After two-plus years of lockdowns and letdowns, the music industry’s recovery is in full swing.
The appetite for live action is palpable, promoters say. The response, like nothing we’ve seen.
In a typical year, Australia’s summer months are a hot destination for A-list festival acts and all year around the best musicians in the world have us high on their priority list for touring as a key global market. After the bummer that was COVID-19, there’s a wave of talent and a market “saturated for sure,” Frontier Touring COO Susan Heymann told The Brag in a recent podcast.
And from this surge, there’s a spike in demand for qualified workers in virtually every category, from musicians to production crew, ticketing staff and publicists, social media experts and marketers. In some instances, there are more jobs than people to fill them. Experienced staff are in-demand, and hard to find.
As The Music Network previously called it, there’s too much of the good stuff, too few hands at the pump.
“There is genuinely a skills shortage right now,” says music industry veteran Ed St John. “Something happened during COVID. During those two years of no gigs and no work, a lot of people left the music industry and went somewhere else – especially the casual workers who survive from one gig to the next. They either retired altogether or found other ways to earn money.”
And because “there was no work, there weren’t any people replacing them at the bottom of the ladder. As a result, the industry now has a skills gap.”
Those comments are supported by businesses across the music ecosystem, by the music industry charity Support Act, whose clients are at the industry’s coalface, and was the subject of a deep-dive panel discussion at the 2022 Festival Industry Conference on the Gold Coast.
Now is the time for young people to start a career in the music industry, St John says. Education is part of the answer. The ex-music journalist, former CEO of Warner Music and BMG, and now chairman of the Australian Institute of Music (AIM), St John is passionate about higher education.
“Once you actually look behind the curtain and see the process of songwriting production, A&R promotions, marketing, sales, you know, digital media, all those different things, you actually start seeing just what a fascinating, complex, sophisticated industry it actually is.
“It’s not just a bunch of people in black t-shirts standing around smoking dope, it’s actually people doing very skilled work. And that becomes quite intoxicating for people when you realise that there’s a professional industry that’s functioning and needs people.”
AIM’s bachelor degrees take 2 to 3 years to complete, but AIM CEO John Chalmers says many people are starting the process with a one-year diploma course in either music or arts and entertainment management.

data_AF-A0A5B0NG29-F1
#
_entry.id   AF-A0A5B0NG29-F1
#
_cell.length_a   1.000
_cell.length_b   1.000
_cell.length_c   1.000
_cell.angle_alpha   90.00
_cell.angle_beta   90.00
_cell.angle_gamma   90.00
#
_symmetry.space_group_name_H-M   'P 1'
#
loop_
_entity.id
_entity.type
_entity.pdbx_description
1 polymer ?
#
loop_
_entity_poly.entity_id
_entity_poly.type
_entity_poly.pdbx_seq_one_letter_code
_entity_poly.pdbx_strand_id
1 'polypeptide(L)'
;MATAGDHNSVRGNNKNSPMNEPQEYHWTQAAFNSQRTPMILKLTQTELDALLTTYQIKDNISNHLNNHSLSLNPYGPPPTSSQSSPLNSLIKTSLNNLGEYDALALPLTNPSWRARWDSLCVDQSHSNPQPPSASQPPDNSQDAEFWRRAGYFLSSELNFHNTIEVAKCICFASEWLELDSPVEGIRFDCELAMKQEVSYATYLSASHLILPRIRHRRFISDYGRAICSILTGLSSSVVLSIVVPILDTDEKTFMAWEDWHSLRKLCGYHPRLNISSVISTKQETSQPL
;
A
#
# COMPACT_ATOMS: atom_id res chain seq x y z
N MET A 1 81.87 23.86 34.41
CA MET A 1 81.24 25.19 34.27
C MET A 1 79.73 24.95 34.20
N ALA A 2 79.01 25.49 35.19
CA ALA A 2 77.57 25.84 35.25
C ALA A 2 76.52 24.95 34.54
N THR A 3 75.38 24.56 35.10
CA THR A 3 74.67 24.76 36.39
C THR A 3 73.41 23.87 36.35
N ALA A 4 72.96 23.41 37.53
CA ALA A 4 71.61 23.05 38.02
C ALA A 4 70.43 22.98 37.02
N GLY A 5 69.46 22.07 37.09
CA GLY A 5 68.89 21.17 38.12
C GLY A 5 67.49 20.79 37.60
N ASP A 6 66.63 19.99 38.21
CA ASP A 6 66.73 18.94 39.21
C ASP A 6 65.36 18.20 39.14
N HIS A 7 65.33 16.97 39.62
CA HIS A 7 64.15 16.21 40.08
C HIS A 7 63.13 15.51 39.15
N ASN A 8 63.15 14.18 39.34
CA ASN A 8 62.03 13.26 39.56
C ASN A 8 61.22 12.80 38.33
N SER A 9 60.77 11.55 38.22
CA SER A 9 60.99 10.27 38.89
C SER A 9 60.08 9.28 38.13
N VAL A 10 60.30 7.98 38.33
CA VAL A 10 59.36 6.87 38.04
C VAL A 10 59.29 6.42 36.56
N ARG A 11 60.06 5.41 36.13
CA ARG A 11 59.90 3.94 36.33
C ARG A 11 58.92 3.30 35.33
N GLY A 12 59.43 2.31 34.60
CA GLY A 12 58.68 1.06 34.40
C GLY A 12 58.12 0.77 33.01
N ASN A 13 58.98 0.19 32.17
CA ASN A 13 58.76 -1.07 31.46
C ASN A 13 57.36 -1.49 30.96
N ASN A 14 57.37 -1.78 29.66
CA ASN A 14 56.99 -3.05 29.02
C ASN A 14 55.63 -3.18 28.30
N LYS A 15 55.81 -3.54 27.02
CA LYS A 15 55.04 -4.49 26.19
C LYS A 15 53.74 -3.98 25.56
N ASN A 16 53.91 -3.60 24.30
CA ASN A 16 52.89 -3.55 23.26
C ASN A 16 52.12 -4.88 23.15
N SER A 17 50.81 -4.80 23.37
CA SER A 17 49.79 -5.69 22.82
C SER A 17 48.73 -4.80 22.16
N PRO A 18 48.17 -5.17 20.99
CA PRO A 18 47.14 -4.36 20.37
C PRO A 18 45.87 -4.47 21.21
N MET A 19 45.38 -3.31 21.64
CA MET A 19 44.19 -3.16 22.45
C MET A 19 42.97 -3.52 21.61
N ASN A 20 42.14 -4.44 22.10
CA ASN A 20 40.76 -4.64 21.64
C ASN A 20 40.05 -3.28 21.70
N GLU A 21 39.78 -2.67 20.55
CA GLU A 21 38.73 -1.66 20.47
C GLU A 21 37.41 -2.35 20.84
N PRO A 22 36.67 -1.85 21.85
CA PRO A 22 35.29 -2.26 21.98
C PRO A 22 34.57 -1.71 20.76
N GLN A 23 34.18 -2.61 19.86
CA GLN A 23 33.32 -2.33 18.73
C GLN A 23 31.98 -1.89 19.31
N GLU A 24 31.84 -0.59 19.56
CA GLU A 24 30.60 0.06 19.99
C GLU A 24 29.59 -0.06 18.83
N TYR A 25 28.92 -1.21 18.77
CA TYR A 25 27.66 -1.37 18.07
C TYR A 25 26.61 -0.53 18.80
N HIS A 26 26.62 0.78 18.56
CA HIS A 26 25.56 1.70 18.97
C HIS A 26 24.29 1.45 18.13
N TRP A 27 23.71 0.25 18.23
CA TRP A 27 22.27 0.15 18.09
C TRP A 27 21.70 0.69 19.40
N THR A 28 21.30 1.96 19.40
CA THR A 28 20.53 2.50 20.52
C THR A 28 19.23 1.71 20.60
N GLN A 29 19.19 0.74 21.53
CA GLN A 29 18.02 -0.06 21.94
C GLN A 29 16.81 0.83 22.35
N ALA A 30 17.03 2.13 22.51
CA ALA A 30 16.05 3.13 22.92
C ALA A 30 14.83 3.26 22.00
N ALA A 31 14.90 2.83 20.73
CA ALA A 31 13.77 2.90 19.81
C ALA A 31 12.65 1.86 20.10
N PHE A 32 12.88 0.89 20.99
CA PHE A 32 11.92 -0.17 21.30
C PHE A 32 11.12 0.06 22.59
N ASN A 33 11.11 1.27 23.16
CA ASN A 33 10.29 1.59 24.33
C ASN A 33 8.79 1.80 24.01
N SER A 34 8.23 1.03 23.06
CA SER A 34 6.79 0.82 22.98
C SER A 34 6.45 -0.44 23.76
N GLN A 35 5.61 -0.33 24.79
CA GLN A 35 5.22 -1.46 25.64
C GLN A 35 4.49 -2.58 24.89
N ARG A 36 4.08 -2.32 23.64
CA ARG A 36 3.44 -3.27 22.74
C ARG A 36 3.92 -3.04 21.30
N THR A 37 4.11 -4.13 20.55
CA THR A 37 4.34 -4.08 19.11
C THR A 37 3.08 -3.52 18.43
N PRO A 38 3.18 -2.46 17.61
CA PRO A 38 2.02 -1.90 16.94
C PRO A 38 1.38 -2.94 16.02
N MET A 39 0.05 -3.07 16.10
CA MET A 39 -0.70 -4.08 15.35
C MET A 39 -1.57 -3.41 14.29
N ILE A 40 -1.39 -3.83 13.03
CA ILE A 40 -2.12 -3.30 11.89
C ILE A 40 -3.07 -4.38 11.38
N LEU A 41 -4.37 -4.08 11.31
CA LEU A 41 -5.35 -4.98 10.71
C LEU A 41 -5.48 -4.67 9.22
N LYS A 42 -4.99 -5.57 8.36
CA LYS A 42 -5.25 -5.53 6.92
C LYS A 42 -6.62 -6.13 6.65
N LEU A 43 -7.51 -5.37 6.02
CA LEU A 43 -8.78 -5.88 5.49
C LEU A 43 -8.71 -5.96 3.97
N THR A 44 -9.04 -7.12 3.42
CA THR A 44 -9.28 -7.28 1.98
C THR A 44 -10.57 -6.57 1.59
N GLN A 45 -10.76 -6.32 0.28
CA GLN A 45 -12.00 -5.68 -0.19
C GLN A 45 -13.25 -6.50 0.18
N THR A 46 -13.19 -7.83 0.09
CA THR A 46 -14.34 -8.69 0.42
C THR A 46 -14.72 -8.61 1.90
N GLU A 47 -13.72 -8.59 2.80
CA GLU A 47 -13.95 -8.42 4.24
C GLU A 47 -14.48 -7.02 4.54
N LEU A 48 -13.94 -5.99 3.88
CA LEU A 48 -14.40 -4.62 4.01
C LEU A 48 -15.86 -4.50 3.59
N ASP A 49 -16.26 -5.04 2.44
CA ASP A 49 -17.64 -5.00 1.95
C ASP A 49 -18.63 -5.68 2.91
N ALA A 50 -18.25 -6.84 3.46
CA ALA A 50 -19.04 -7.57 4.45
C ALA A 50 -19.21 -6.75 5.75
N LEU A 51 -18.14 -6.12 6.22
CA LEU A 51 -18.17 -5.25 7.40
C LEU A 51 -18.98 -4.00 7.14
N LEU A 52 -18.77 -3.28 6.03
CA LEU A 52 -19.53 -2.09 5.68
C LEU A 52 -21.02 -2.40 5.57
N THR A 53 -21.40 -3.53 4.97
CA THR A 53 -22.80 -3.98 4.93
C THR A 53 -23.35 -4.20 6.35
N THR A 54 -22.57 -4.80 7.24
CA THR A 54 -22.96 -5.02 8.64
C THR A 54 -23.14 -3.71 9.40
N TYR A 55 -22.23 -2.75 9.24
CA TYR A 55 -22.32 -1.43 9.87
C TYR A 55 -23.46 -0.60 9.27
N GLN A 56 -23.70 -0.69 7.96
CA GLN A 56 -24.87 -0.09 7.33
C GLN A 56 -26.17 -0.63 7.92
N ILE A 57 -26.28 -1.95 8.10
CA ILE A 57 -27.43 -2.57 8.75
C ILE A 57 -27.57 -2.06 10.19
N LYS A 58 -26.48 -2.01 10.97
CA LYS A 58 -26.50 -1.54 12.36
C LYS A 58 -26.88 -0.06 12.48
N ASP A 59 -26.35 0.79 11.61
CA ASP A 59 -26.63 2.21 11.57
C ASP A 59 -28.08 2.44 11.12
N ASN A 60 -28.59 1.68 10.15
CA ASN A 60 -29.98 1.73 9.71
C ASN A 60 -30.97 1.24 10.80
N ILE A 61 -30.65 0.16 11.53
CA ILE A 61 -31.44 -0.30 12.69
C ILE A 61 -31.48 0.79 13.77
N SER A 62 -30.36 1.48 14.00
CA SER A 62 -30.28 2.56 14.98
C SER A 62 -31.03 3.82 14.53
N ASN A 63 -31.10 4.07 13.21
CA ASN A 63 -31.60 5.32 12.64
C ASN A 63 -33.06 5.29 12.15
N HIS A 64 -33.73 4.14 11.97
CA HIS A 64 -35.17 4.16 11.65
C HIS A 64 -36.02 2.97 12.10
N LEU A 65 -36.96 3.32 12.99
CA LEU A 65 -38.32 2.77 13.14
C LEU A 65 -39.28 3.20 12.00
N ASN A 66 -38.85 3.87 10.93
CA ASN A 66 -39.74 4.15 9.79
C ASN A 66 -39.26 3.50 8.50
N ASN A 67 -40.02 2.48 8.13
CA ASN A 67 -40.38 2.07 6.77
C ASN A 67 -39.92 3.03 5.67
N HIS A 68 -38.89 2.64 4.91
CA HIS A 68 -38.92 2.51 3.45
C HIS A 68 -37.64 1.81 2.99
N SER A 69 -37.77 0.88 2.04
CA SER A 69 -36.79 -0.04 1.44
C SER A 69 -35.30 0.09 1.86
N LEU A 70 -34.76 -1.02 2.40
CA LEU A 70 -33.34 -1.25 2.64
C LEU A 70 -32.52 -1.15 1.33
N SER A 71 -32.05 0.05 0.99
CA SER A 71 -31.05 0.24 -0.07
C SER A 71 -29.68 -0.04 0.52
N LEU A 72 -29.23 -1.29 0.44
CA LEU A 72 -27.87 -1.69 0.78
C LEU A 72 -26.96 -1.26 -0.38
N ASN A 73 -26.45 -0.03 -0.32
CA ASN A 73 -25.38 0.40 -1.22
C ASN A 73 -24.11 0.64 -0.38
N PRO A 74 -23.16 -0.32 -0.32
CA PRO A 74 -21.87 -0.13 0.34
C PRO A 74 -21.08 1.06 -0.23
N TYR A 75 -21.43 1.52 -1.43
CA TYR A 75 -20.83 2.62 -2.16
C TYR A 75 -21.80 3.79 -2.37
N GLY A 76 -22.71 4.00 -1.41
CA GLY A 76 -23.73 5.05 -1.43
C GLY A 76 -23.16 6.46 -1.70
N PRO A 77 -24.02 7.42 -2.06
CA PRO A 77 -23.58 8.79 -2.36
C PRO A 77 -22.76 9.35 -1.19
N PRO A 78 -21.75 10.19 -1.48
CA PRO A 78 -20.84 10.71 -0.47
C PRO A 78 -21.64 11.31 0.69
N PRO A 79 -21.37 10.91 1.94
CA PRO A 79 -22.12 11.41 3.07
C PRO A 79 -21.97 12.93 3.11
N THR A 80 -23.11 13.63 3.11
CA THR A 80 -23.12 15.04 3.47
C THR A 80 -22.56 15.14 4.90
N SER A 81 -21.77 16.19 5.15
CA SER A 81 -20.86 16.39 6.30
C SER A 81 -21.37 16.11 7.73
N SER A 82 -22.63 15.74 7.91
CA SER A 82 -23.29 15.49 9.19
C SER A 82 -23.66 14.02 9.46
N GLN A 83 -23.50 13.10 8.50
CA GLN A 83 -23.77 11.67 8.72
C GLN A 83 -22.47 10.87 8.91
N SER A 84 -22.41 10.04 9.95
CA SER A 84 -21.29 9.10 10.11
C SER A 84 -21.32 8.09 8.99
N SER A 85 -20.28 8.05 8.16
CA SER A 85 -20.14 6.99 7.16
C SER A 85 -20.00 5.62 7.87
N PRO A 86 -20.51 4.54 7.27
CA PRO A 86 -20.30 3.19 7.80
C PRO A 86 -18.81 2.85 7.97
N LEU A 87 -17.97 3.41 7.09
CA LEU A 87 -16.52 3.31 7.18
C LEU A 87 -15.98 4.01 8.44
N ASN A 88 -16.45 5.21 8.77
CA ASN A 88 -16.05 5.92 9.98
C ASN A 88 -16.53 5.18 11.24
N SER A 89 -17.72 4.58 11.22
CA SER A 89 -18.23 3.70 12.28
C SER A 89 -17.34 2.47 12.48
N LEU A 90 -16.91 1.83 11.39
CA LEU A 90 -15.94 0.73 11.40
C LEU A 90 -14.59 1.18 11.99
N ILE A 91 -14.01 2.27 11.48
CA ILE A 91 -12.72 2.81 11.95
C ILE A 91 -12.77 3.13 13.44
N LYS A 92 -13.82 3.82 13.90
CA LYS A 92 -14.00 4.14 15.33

“Someone with an interest in a music career could start studying for a diploma this year,” explains Chalmers, “and they would have an academic qualification in 12 months. That qualification, especially with an internship, puts you at the top of the pile for any job opportunities, or you could decide to keep studying and complete a bachelor’s degree.”
Prior to taking the reins in 2022, Chalmers was chief marketing and communications officer at the University of Technology Sydney (UTS).
He started his career in the music industry as a journalist and award-winning editor and wrote for Australian Men’s Health, Rolling Stone and the New York Post during a stint stateside. He also edited music magazines Onion and Rip It Up and carved out a career in communications and marketing.
“The industry is hiring smarter and smarter people,” Chalmers explains.
“It may have been the case for rock ‘n’ roll jobs in the past, but today they’re looking for people with a very sophisticated understanding of the industry. You only need to look at all the digital platforms as proof of that. And for the first time, perhaps in Australian history, there are actually more jobs than people out there.”
Education offers more than altruism. AIM delivers outcomes, Chalmers and St John say.
Among its recent graduate placements are positions with ARIA, APRA, Sony, Music Health and performance roles in Moulin Rouge.
Currently, a string of students are rising up the ranks of the music industry here and abroad, including Geordie Casey (director of e-commerce and creative Capitol Records Los Angeles), Nadine Riezouw (general manager Warp Publishing, London), Rachael Tulloch (manager Unified, Vance Joy, Jack River, Melbourne), Jodie Feld (A&R director BMG, Sydney) and Sandra Botros (APAC senior business affairs manager, TBWA, Sydney).
Established in 1968, AIM has been educating and training Australian musicians, audio engineers and music professionals for over 50 years.
Its student body currently numbers 800, including several hundred international students studying off-campus.
Hitting the books opens up doors, teaches the business behind the art, and creates contacts for the long journey, St John says.
“The music industry is full of people who just don’t want to do anything else,” he notes. “It’s a calling that’s taken many music lovers to the next step of not just being passionate listeners and lovers of music, but to make it their vocation. That really is the bridge that AIM is trying to build.”
Says Chalmers: Education truly “has the power to transform lives. And you can make a career out of coming to study with us be that in performance where you’ll hone your craft and meet your future network or learning the business of music from the best in the business!”
Whether you are a domestic or international student you can take advantage of the Australian skills shortage and make a career with an AIM qualification. Then you can take those skills and transfer them to anywhere in the world.
This article was originally published on The Music Network and has been reproduced with permission.